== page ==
L’avantage imposable d’un employé, relatif à l’usage d’une automobile qui affiche le logo de son employeur, peut-il être réduit afin de tenir compte du fait que l’employeur tire un avantage publicitaire? / Can the taxable benefit of an employee derived from the personal use and availability of an automobile displaying their employer’s corporate logo, be reduced to take into account the benefit that the employer derives in terms of publicity?

 

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Good faith: Vital at all contractual stages

In Meloche c. Structures Lamerain inc., the Court of Appeal recently upheld the Superior Court’s decision to award moral damages, in addition to an award for pay in lieu of notice of termination of employment, to two employees who were dismissed in an abusive manner.

 

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La bonne foi : primordiale à toutes les étapes contractuelles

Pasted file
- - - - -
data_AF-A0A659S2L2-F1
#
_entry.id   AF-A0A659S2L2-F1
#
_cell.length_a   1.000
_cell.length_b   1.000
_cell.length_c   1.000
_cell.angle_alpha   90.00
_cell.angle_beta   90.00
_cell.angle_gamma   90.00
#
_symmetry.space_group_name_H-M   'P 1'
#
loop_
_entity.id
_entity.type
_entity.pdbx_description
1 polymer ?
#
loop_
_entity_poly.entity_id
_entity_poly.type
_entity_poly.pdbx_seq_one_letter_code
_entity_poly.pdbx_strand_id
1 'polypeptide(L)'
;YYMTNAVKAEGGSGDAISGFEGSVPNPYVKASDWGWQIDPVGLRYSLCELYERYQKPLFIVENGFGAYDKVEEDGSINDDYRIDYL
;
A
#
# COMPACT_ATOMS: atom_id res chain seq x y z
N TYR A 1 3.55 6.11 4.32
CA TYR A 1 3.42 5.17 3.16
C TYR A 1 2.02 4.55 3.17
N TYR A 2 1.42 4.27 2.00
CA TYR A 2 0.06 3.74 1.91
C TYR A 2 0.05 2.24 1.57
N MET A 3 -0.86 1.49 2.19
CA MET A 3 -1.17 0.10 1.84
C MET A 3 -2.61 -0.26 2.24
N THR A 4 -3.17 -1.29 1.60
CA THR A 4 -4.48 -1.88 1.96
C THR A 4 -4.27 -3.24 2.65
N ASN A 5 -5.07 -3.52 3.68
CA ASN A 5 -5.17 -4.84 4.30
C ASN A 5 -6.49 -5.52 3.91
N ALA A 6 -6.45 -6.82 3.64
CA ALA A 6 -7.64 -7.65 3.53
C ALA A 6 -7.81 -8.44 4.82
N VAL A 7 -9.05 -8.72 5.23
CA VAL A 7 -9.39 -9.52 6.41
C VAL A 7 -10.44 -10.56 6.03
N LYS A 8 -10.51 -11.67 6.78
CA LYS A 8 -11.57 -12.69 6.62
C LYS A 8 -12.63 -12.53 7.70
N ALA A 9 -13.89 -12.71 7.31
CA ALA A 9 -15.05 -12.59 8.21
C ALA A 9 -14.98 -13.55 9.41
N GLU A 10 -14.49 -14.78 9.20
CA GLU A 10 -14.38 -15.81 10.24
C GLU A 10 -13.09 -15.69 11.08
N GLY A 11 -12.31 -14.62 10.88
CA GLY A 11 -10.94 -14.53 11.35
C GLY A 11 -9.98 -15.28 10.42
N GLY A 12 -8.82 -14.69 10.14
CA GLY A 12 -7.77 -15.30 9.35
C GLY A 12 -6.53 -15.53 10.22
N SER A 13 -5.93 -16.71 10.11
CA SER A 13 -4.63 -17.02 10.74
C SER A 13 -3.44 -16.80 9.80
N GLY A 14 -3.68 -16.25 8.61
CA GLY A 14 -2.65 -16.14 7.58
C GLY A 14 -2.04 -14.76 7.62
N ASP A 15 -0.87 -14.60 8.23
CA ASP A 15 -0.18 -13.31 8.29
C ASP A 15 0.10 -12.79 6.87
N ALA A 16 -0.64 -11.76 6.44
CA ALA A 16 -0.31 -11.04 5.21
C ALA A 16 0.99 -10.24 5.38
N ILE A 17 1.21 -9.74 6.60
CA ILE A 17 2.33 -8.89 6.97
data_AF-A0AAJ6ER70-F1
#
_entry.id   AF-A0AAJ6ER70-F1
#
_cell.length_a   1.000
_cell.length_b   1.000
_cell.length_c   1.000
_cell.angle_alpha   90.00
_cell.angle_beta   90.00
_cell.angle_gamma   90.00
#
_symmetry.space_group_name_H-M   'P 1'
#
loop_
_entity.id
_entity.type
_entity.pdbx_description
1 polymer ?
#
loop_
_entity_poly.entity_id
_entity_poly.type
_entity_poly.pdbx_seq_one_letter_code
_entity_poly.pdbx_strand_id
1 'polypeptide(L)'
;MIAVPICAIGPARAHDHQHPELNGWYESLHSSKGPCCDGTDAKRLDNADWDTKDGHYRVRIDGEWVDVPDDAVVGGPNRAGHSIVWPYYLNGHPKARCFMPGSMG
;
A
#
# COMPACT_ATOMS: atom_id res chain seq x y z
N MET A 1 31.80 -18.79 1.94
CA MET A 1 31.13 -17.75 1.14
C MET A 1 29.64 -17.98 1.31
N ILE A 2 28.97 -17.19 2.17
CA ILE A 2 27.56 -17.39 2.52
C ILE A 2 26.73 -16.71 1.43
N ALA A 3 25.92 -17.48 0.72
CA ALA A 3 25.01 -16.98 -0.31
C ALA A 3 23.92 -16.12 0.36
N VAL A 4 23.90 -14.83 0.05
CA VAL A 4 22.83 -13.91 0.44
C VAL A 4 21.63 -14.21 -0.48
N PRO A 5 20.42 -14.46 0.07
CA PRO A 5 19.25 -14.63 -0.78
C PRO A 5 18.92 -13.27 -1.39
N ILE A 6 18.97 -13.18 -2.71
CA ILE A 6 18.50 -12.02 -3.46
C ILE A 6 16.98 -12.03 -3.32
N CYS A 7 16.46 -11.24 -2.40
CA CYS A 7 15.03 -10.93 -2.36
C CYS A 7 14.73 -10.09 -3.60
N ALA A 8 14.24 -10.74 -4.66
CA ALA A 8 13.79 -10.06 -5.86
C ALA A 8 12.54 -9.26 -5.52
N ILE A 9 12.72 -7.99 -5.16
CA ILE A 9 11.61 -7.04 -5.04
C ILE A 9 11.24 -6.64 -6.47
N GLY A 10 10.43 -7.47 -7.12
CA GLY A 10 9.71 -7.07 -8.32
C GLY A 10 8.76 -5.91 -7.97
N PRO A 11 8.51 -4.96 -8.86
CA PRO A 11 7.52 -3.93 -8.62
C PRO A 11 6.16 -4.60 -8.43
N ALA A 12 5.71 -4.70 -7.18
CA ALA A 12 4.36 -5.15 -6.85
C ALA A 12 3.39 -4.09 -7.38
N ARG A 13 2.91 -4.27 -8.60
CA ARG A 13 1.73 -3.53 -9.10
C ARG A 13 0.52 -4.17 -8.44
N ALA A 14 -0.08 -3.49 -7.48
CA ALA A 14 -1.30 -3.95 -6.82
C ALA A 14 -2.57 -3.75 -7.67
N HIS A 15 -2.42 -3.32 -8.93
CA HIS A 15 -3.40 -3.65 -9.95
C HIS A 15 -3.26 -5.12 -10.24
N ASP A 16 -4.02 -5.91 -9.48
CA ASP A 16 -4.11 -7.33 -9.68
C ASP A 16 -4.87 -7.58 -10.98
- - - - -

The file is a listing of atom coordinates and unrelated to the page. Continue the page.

Dans Meloche c. Structures Lamerain inc., la Cour d’appel a confirmé la décision de la Cour supérieure d’accorder des dommages moraux, en plus d’une indemnité tenant lieu de délai de congé, à 2 employés congédiés de manière abusive.

 

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Danger ahead: Beware of changes to employment agreements

To appreciate the dangers of varying employment terms, we must start with the foundations of contract law. First, a contract requires that each party receive a benefit (consideration). Second, if the parties agree to a variation of contract, but consideration is not received by both parties, Courts will consider the new contract an “unenforceable unilateral variation”. Third…